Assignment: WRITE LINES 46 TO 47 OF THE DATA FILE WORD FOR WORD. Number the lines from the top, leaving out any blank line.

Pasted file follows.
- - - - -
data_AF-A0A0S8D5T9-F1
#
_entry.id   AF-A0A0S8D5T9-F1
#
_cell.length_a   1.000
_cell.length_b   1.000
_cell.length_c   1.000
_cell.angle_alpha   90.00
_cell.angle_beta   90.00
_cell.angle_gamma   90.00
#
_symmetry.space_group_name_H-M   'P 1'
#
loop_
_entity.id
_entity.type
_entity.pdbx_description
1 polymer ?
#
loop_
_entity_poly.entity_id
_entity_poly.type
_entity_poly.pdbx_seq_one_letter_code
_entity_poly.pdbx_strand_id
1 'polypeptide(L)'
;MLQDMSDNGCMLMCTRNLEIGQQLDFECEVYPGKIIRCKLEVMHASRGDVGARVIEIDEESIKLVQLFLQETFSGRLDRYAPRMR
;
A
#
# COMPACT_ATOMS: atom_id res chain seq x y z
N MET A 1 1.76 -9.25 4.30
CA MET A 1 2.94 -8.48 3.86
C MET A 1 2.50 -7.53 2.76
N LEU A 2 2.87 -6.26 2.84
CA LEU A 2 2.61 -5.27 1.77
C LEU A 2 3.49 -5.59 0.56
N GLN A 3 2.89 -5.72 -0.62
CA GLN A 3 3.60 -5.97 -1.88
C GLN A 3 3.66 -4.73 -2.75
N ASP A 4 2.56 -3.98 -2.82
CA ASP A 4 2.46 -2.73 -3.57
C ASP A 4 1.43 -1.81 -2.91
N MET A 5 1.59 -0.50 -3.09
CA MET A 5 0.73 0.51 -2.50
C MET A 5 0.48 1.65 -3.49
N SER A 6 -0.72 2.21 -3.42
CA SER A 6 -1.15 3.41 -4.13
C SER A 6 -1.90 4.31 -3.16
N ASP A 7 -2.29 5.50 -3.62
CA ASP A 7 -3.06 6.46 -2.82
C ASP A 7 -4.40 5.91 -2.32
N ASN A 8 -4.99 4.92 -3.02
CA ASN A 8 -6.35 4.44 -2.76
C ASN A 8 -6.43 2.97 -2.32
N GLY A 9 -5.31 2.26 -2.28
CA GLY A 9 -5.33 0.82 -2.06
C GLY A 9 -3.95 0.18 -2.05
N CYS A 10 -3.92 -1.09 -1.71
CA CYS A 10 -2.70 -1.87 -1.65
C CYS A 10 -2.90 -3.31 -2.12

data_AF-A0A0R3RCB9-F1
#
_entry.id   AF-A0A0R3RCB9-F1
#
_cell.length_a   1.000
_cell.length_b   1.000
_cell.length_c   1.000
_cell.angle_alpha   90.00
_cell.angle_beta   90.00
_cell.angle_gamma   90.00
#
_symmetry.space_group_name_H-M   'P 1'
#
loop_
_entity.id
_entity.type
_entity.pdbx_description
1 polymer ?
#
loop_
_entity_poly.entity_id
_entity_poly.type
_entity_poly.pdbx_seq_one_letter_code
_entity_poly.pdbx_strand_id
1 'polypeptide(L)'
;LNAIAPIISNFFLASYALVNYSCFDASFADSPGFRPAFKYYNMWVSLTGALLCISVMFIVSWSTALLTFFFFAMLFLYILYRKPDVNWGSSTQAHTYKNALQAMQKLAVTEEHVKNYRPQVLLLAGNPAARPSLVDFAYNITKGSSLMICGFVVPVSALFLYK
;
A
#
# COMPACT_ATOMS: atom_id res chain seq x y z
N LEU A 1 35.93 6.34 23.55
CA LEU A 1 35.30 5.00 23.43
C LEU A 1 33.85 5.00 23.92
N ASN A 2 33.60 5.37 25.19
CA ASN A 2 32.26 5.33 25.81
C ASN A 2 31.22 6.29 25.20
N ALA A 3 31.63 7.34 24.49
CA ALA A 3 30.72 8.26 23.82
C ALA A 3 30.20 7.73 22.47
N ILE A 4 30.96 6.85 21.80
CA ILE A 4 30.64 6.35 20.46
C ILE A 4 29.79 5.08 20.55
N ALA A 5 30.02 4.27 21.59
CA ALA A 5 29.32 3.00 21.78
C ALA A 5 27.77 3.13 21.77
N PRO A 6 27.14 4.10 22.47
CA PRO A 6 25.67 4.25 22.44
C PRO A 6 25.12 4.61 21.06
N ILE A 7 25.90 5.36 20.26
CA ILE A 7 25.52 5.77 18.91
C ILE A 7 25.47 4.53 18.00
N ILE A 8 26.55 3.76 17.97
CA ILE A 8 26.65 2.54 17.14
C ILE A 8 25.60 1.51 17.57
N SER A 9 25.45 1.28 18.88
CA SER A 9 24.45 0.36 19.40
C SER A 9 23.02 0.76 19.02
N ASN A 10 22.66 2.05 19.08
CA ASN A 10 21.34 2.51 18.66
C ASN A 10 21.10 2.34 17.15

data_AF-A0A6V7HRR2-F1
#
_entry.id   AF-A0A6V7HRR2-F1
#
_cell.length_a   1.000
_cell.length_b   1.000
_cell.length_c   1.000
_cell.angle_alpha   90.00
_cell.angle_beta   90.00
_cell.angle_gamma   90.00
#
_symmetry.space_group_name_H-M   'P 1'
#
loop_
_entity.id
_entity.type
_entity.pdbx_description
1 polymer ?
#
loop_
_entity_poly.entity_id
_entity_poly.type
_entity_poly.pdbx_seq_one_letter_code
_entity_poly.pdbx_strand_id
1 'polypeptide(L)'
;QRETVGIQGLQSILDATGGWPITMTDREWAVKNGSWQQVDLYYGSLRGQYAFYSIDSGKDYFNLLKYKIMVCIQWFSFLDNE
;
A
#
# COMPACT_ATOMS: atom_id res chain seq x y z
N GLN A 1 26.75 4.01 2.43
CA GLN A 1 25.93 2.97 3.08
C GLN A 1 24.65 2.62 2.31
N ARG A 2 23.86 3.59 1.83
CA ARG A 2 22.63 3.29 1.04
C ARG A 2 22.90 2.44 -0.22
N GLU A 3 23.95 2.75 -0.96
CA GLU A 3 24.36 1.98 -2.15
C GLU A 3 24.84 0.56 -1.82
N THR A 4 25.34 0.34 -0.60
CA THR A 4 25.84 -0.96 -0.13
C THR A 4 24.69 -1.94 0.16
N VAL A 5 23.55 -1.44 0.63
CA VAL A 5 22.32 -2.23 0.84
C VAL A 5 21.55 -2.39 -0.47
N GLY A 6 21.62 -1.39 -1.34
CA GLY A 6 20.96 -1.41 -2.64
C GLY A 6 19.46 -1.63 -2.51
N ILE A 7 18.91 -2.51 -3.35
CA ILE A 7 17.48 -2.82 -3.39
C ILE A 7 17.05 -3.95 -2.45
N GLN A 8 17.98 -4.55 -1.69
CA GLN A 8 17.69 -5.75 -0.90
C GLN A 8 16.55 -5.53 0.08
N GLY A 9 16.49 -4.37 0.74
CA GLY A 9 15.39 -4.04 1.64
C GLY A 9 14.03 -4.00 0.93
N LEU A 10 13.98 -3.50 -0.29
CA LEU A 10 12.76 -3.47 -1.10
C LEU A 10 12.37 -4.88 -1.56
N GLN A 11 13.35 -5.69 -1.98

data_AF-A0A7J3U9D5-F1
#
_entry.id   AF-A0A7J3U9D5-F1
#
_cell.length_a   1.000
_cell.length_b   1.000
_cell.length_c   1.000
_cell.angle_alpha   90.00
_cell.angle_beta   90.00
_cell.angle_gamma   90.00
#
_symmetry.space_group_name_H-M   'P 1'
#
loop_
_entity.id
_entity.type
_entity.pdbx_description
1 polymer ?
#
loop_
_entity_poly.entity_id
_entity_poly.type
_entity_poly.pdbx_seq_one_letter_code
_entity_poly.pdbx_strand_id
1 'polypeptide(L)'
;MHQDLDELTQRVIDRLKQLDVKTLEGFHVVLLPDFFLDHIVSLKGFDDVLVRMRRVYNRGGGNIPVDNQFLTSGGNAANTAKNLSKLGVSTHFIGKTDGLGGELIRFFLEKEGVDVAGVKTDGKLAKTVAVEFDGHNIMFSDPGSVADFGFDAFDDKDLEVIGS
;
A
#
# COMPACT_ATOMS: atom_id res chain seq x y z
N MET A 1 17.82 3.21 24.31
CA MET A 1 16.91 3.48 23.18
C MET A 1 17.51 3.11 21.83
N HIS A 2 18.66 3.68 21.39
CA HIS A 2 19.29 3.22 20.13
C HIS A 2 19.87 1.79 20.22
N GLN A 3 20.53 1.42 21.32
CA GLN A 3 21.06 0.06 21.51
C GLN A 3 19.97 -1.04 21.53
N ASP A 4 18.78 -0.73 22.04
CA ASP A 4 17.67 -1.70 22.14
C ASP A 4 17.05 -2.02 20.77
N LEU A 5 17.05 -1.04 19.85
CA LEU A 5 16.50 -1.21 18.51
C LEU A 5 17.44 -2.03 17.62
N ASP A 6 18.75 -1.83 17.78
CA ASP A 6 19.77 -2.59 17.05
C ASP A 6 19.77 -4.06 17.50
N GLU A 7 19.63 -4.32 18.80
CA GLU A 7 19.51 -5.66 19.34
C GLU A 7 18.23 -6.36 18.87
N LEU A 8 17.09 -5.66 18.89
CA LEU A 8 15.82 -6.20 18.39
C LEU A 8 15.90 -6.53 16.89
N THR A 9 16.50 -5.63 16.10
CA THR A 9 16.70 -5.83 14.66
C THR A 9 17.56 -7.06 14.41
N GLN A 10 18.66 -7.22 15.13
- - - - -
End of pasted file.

N SER A 6 -0.72 2.21 -3.42
CA SER A 6 -1.15 3.41 -4.13